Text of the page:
Greg Medina can be found in a local coffee shop when he is not tinkering with computers. But he’ll have to put his computer tinkering on hold for a few hours on Saturday morning. Medina along with the senior class of West Las Vegas will find themselves walking across the stage on Saturday morning, marking the end of their high school years.
For Medina, walking across that stage will open up the door to an exciting future.
Medina, 18, will depart to Neumont University to study computer science in a few months.
“If I have a computer I am usually messing around with it,” Medina said. “I really enjoy programming.”
During his school years at West, Medina has been active in National Honor Society, Key Club and MESA. In addition to taking his high school classes, he has also attended Luna Community College. His grade point average at the local high school is 4.04 — tying him for second place in his class.
At Luna, he has completed 28 credits with the majority of his classes being in computer science. Two weeks ago, Medina tested for a networking certification, and his score was in the top ten in the nation. This certificate allows Medina, the youngest child of a single mother, to start working on computer networks immediately, but he plans to enjoy the next few months before moving to Neumont — located near Salt Lake City —just having fun.
At Neumont, Medina will study computer science for two and a half years. Medina had lots of options but decided Neumont University was the place he wanted to continue his education.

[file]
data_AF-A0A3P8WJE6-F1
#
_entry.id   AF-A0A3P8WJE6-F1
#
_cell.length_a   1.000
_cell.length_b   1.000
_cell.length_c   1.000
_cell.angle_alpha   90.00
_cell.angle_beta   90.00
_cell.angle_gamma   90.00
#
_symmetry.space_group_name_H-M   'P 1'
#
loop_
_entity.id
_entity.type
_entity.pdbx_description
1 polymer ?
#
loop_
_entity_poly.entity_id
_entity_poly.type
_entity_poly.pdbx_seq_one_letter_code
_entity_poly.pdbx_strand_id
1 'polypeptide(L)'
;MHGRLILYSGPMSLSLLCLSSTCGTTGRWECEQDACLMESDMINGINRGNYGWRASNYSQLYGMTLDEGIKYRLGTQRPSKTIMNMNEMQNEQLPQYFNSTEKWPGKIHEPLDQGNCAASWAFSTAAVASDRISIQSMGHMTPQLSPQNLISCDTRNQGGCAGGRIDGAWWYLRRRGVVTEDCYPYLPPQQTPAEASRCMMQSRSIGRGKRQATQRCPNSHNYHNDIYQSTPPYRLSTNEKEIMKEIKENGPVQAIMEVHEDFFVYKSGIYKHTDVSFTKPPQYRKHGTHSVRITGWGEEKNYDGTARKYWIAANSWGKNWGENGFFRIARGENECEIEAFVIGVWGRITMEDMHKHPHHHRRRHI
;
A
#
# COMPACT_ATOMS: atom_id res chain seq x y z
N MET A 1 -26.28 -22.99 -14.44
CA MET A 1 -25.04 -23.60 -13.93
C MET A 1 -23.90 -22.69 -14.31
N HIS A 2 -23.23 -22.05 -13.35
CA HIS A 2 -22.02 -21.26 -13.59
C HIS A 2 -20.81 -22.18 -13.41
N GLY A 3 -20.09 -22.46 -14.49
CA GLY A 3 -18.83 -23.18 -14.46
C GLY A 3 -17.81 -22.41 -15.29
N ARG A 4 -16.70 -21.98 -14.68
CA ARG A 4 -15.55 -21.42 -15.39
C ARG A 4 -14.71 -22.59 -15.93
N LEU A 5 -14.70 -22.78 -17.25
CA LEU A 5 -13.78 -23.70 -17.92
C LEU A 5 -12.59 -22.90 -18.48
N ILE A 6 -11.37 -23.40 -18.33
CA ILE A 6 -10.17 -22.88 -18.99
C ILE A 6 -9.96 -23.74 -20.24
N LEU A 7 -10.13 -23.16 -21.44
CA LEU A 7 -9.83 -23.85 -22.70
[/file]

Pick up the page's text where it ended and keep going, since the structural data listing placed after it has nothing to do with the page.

“That was the only place I applied,” Medina said with a laugh, despite being contacted by Ivy League colleges including Yale, Harvard and Stanford. “We were hitting the whole alphabet when it came to hearing from universities, but not one letter from New Mexico.”
Despite the overwhelming joy of being accepted into the private university, the funding of his education was an issue. The tuition, room and board and fees at the private college would cost the Las Vegas native roughly $90,000 for the two and a half years.
“When I applied to Neumont they said I was accepted. They also said that when I got my acceptance letter there would be a little something for me,” Medina said.
Well, that little something else was not a shirt, a bumper sticker or a hat. Medina received a letter informing him that he is the recipient of the $54,000 presidential scholarship to the private university. The presidential scholarship is the top scholarship available to Neumont students. In addition to the presidential scholarship to Neumont, he received a $10,000 Pete Domenici Scholarship from the Los Alamos Foundation.
“The Pete Domenici Scholarship is supposed to be paid out for four years, but I convinced them to give it to me within the two years that I am at Neumont,” Medina said.
Upon graduating from Neumont, Medina will have a bachelor of science. He said the university has various networks that will hire their students upon graduation with positions starting with at least a $60,000 per year salary. Medina’s ultimate goal is to work at the National Security Administration.
Medina’s graduation is not the only one within the family this year. His sister Amanda recently graduated from New Mexico Highlands University with a bachelor of fine arts degree.